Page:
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New treasures go on show for the Treasure Act's 20th anniversary

A rare brooch in the form of a dove, and a silver coin from Anglo-Saxon times, a delicate medieval finger ring, and a tiny gold brooch with a pair of clasped hands, are the latest archaeological finds to go on show at Saffron Walden Museum this week.

A rare brooch in the form of a dove, and a silver coin from Anglo-Saxon times, a delicate medieval finger ring, and a tiny gold brooch with a pair of clasped hands, are the latest archaeological finds to go on show at Saffron Walden Museum this week.

The display will launch the museum's participation in Treasure 20, a partnership project of the British Museum's Portable Antiquities Scheme, to highlight the important contribution of the Treasure Act to public museum collections around the country. Treasure 20 is a nationwide project which celebrates 20 years since the Treasure Act 1996 came into force in September 1997.

The finds reflect the range of objects reported by metal-detectorists and also chance discoveries made by members of the public, like the Anglo-Saxon coin. The ring and brooches were all declared treasure under the Treasure Act 1996 and were purchased for the museum's collections by Saffron Walden Museum Society Ltd, with generous grant-aid from the Arts Council England / Victoria and Albert Museum Purchase Grant Fund and The Headley Trust for purchase of the medieval ring from Stebbing. This delicate gold ring is set with an oval deep blue glass or gem, possibly a sapphire, and dates from around 1150 to 1400.

Also dating from around that time is a miniature gold brooch from Manuden, with a tiny pair of clasped hands. Brooches like this may have been popular gift to sweethearts and wives, so the mysterious initials 'WR MC IA' and 'M ME VM A' engraved on it may have had some secret significance to the wearer.

The unusual silver-gilt brooch found in Chrishall parish dates from the ninth century and is in the shape of a dove with a cross on its back. It probably represents the Holy Spirit and came from the continent.

The fourth find - a silver Anglo-Saxon 'sceatta' coin the size of a 5p piece - was spotted near a footpath by Shem Haque in Wicken Bonhunt parish. Finds of single coins do not count as treasure, and the finder and landowner very kindly gave the coin to Saffron Walden Museum. The coin has a well-travelled history; it was minted in the Southampton area of the south coast around 720-740 and is an unusual coin to find in Essex. The intricate design of a cross and rosettes on one side, and three fantastical dragon-headed creatures on the other, show how skilful Anglo-Saxon moneyers were in making these very early silver pennies. They reflect the growing network of trade between the Anglo-Saxon kingdoms and other lands around the North Sea at this period.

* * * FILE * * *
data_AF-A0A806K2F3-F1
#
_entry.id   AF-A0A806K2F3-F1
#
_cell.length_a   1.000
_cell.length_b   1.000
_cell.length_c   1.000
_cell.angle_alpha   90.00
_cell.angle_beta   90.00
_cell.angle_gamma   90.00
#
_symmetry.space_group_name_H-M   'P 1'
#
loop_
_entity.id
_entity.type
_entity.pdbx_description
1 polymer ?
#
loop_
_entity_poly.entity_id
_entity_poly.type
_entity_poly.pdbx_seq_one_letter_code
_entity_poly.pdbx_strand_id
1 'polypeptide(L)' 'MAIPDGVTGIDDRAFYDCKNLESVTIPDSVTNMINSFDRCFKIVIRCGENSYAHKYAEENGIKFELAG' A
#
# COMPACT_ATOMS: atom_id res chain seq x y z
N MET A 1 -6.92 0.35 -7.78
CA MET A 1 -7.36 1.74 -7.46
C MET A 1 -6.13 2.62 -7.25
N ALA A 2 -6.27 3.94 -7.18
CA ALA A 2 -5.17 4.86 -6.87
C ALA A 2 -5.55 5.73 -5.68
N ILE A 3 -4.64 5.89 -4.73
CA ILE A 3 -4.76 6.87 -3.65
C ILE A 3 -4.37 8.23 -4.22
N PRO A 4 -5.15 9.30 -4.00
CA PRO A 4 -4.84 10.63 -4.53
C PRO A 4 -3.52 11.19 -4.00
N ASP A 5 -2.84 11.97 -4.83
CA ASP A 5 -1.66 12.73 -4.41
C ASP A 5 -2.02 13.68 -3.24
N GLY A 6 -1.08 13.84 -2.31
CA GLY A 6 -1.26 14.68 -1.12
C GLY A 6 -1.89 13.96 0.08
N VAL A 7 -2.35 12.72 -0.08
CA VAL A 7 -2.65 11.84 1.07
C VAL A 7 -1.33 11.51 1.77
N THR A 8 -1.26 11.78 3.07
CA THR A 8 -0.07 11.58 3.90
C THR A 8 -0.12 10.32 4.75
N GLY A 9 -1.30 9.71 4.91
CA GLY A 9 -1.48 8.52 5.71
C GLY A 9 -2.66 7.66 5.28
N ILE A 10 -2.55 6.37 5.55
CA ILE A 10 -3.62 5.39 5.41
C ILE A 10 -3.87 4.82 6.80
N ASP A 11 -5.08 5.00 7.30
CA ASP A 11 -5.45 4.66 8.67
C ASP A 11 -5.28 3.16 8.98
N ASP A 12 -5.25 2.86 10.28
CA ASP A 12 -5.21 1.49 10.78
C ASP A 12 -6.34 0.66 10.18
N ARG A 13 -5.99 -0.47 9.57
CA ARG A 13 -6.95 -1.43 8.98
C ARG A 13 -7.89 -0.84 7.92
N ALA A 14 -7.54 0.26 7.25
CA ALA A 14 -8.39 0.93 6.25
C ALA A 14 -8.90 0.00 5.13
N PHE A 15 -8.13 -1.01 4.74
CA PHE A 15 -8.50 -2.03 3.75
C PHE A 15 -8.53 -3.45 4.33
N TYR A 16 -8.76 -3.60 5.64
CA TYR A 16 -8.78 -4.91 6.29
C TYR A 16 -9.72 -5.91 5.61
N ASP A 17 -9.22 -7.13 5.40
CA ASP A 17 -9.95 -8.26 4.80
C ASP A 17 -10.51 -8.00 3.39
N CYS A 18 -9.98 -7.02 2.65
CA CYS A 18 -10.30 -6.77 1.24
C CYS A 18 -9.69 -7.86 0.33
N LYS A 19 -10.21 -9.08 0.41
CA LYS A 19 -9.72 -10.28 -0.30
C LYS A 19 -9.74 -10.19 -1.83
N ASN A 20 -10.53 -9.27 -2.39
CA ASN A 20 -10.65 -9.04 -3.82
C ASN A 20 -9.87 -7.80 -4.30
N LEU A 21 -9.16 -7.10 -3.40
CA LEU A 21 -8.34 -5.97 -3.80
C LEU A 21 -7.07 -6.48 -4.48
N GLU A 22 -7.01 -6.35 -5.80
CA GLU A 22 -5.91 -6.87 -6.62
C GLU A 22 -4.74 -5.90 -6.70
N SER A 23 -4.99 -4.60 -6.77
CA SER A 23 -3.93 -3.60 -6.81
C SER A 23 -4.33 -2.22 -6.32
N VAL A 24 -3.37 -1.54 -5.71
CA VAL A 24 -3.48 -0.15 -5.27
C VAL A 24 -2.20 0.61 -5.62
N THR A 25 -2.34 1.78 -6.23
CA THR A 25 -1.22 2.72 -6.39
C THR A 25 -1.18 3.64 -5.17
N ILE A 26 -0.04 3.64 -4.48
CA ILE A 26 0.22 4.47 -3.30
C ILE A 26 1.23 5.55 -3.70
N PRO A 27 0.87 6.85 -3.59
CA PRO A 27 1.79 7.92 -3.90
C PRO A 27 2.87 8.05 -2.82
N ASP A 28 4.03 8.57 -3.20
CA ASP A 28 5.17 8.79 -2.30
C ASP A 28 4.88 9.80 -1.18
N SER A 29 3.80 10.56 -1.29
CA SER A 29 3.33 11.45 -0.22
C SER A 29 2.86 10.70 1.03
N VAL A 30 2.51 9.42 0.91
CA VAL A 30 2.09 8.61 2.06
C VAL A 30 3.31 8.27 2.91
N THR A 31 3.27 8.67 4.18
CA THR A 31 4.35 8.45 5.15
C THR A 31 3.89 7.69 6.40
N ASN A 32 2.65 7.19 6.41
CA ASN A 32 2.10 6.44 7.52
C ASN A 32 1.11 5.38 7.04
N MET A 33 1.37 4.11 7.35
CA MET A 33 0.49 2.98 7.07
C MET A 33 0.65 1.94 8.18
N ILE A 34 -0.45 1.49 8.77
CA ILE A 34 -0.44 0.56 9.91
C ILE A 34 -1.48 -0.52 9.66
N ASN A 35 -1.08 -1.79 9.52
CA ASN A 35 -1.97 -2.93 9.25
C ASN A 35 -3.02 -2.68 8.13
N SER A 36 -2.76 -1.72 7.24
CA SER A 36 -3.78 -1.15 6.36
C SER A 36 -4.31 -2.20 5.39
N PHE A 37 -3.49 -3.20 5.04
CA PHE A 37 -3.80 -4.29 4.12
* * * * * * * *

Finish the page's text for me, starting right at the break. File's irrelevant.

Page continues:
Anglo-Saxon silver coin cross, Wicken Bonhunt
Anglo-Saxon silver coin cross, Wicken Bonhunt
Medieval annular Brooch, Manuden
Medieval annular Brooch, Manuden
Medieval gold ring, Stebbing
Medieval gold ring, Stebbing
Silver gilt bird with cross brooch, Chrishall
Silver gilt bird with cross brooch, Chrishall

Curator Carolyn Wingfield said: "The collections and local heritage have been enriched by over 50 acquisitions made through the Treasure Act. Treasure finds from across Uttlesford district are on display and we will be featuring a selection on the museum's website and social media for 20 weeks, from June to October."

There will be a special Treasure Roadshow at the museum on Thursday 27 July with Sophie Flynn, the Portable Antiquities Scheme's Finds Liaison Officer for Essex.

Visitors can see the treasure finds on display in Saffron Walden Museum by looking for the special Treasure 20 labels, or follow the museum on its website www.saffronwaldenmuseum.org or on Twitter @SW_Museum. The Treasure 20 project can be followed using the hashtag #Treasure20.

Saffron Walden Museum is open Tuesday to Saturday 10am-5pm, and Sundays and Bank Holidays 2-5pm.